Times are hard for many people at the moment. There is less money to go around and energy bills are rising. How about making yourself a draught excluder today from materials you have in your home? You can make this completely free or for very little. Whether you call it a draught excluder, draft excluder or breeze blocker it will help keep you warm this winter (and many more).
You can sew your draught excluder or use glue if you prefer – simply get one made and stop those draughts from stealing all your heat. To identify where you need one simply walk around and place your fingers near the bottom of each door and see if you can feel a draught. If so, particularly if it is an outside door, you need a draught excluder. Mine is going against the door between my garage and my utility room.
What to make a draught excluder out of:
You will need some fabric. To keep costs down you can use old jeans or indeed any old clothes. Just consider that it might get kicked and dragged about so you may not want a white one or a silk one. Jeans are great because they are sturdy and will withstand being dragged around the floor. Plus, you have a ready made tube!
You can fill your draught excluder with whatever you have to hand. There isn’t really a best material for filling a draught excluder. It simply needs to stop the draught. You can use toy filling / hollowfibre filling but you can also use free fillings. Some ideas for filling are:
- Old clothes cut up or rolled up
- Rice or beans
- Crumpled up paper
- Hollowfibre filling
- Polystyrene beads
You will either need sewing supplies or fabric glue
In this tutorial you will learn how to sew a draught excluder from a rectangle of fabric but I will also show you how to make one from the leg of a pair of jeans at the end too!
If you like to watch a video tutorial then please scroll to the end of the written tutorial and watch the video version.
Prepare your fabric
The first thing you must do is measure the size of the opening that you want to make a draught excluder for. Simply place a tape measure on the floor and measure the width of the opening.
You will need a rectangle of fabric that is as long as your measurement plus at least 2″. In my case the opening is 29″ so I cut my fabric 31″ long. The width is up to you. The wider you cut it the fatter your draught excluder will be. I cut mine 12″ and it makes a draught excluder that is a nice manageable size.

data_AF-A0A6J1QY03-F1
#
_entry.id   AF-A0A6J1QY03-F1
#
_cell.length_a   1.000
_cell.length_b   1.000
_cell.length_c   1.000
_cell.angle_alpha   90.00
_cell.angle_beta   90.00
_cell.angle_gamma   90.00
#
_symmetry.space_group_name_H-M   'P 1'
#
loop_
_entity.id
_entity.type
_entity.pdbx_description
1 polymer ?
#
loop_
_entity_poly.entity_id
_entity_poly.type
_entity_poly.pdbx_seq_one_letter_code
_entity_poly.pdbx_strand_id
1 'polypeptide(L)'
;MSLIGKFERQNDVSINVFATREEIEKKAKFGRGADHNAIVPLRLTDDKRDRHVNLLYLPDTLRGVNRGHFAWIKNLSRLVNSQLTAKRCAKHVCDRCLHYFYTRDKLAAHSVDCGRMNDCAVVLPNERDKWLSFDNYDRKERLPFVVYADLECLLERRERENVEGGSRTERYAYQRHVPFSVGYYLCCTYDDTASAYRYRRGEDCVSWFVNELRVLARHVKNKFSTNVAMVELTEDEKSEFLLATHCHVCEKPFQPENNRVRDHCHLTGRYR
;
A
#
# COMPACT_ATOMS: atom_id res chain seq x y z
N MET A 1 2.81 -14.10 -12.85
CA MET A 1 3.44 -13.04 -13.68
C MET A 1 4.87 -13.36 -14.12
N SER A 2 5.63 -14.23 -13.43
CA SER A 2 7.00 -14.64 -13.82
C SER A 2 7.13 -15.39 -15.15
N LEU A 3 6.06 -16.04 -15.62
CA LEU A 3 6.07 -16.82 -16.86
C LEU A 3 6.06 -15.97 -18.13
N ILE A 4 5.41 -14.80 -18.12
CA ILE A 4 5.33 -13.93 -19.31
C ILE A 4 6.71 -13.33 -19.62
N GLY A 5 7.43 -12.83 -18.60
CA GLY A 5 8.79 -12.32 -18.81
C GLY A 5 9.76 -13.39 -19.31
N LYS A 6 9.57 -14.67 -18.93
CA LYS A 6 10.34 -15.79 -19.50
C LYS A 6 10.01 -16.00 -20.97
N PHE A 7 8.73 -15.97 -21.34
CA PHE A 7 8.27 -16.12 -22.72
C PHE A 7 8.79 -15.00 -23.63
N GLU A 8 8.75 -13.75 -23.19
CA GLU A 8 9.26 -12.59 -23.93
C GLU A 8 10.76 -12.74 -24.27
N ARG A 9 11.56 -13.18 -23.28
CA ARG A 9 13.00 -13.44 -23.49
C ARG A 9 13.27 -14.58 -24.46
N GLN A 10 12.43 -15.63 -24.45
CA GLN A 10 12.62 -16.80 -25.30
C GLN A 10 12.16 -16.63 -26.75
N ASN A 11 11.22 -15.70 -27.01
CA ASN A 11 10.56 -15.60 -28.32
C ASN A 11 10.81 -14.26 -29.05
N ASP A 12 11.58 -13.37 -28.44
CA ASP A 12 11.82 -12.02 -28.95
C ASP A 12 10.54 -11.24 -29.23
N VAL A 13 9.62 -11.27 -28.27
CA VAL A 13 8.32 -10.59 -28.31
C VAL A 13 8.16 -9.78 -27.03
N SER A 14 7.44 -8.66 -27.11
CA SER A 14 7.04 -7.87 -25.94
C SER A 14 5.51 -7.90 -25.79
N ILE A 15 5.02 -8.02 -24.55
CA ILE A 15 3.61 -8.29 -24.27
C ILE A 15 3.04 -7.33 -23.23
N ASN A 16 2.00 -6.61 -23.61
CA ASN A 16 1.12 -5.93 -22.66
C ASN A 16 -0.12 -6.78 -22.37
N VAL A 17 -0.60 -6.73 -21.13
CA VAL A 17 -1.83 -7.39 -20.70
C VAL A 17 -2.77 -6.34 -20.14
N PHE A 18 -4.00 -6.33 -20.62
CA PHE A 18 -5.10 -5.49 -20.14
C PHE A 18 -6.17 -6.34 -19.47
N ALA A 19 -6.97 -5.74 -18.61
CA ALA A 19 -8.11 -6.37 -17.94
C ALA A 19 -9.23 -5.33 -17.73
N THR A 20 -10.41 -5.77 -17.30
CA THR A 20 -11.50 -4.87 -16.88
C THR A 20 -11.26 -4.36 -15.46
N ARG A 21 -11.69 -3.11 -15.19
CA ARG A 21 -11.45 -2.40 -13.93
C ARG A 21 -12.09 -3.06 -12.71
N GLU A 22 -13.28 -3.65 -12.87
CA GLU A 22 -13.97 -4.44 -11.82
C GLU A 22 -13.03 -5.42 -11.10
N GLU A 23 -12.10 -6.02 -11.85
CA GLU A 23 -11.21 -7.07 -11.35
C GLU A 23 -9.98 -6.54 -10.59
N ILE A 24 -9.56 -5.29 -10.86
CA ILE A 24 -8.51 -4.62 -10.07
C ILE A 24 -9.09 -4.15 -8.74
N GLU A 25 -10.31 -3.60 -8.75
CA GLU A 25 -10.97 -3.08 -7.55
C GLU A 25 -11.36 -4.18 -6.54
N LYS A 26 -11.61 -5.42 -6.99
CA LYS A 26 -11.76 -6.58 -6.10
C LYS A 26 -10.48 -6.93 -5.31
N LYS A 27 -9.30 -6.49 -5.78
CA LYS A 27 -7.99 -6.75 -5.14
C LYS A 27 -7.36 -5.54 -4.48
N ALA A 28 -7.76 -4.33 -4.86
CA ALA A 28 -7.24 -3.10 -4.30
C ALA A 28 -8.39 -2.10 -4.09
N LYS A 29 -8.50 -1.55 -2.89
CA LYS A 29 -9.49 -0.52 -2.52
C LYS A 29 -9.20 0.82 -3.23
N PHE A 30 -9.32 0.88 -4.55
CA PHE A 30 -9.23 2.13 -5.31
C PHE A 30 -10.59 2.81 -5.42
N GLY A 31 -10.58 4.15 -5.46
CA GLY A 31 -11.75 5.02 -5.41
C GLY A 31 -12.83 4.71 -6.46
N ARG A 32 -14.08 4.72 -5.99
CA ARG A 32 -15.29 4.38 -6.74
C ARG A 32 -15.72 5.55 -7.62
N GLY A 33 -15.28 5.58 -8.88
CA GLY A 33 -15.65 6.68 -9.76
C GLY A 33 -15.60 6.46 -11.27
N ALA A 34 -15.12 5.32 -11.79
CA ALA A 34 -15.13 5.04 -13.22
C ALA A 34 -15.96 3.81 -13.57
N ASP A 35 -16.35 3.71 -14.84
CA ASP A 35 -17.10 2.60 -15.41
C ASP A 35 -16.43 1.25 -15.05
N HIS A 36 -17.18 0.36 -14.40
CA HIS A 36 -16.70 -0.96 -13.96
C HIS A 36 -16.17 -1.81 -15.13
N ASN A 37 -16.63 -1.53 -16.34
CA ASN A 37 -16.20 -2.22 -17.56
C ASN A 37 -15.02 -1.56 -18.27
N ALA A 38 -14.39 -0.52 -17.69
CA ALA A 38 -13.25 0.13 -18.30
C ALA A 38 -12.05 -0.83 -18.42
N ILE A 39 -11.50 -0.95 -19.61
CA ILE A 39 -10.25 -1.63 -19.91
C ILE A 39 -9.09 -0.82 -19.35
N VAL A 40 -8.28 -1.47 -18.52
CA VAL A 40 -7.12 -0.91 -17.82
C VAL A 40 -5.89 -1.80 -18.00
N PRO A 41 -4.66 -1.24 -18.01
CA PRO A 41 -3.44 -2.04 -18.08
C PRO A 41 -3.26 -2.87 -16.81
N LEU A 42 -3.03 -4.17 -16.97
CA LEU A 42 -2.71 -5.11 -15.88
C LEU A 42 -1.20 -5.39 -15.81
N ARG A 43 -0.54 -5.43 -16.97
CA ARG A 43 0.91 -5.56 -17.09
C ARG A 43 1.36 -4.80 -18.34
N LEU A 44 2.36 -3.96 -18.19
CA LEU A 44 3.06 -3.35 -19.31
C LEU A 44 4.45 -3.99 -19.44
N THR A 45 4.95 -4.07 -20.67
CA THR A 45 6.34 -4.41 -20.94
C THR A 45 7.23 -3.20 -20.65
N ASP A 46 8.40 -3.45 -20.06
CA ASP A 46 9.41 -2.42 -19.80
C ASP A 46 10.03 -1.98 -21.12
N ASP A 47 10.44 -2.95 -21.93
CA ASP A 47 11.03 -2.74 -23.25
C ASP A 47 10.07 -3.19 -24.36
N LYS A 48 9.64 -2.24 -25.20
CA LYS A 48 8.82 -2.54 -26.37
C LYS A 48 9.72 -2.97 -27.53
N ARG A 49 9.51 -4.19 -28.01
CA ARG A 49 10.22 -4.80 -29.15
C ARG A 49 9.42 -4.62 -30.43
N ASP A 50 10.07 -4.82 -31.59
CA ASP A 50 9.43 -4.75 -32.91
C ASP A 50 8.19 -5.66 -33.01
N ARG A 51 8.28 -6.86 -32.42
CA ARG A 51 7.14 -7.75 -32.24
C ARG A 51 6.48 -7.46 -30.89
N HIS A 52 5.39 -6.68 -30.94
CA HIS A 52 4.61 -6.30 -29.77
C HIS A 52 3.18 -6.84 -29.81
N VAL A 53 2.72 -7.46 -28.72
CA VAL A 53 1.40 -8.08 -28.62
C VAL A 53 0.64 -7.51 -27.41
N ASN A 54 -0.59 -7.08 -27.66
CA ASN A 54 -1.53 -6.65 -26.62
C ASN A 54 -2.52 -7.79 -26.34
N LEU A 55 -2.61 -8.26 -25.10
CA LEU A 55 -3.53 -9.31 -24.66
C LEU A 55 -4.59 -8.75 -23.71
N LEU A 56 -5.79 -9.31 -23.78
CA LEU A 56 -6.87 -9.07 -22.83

Cut out your fabric. If you do not have a piece big enough consider sewing a few pieces together to make a piece large enough. You could get very creative!
Create your Draft Excluder
Fold your fabric in half lengthwise so it is still the full 31″ long and half as wide with the right sides together. Pin the two edges together. Plus pin one of the short edges together. Now sew along those seams using a 0.5″ seam allowance.
Once you have sewn the two sides you can clip the corners to reduce bulk. This is optional but gives a good finish. Then turn your tube out to the right side.
If you are gluing your draught excluder then press a 0.5″ hem along all 4 sides onto the wrong side of the fabric. Then take your rectangle and fold it in half lengthwise with the wrong sides together. Glue the hems that you made together along the long edge and one short edge. Wait for the glue to dry.
Once you have a tube sealed at one end you need to fill it. I used old t-shirts and cut them up so that they made a nice filling. Do not worry too much about how well you cut them up as you will just get a lumpier or smoother finish. Do what suits you. Equally it is up to you how firm your draught excluder is – make what suits you. All it has to do is block the gap under the door!
Once you are happy with your filling you need to close up the open end. If you are sewing simply turn a 0.5″ hem in all the way round the top and pin one side to the other. There should now be no raw edges showing. Sew along that seam close to the edge.
If you are gluing your draught excluder then simply apply glue to your 2 remaining hems and press them together. Leave them to dry. You may need to hold them together by applying a weight or clipping the edges together. Just be careful not to glue your weight or clips to the draught excluder! Again, there should be no raw edges showing.
Congratulations you now have a fully functioning draught excluder (or breeze blocker). If you need more than one simply make more and enjoy the lack of draughts in your home this winter.
Draught Excluder Video Tutorial
Draught Excluder from an old Pair of Jeans
If you want to make your life easier and use an old pair of jeans then simply measure the width of your door opening and cut one leg off your jeans that is the width of your door opening plus 2″.
If your leg is not very straight (many are not) you may need to sew along one side to straighten it up (or leave it as it is if you are happy with it).
Then turn it inside out and sew along the unfinished end that you cut. Turn it back out and you have a long thin bag to fill. Stuff your draught excluder with your chosen filling and then sew the other end of the tube closed. You do not need to fold the edges over as they are the finished edges from the bottom of the jeans leg!
Your draught excluder is finished and it was so quick and easy. I used an old pair of black jeans for a draught excluder that will not show the dirt too much!
And so …
I hope that you have enjoyed making your draught excluder and that you will be much warmer as a result. If you are looking for some more great upcycling ideas then check out:
- Zero Waste Make Up Remover Pads
- Cute Denim Apron from Old Jeans
- Fabric Coasters from Fabric Scraps
- Magazine Pages to Parcel Bows
- Create Yarn out of any Fabric
- Visibly Mend your Clothes
If you are looking for even more inspiration then check out and follow my Pinterest account where I curate many ideas from around the internet.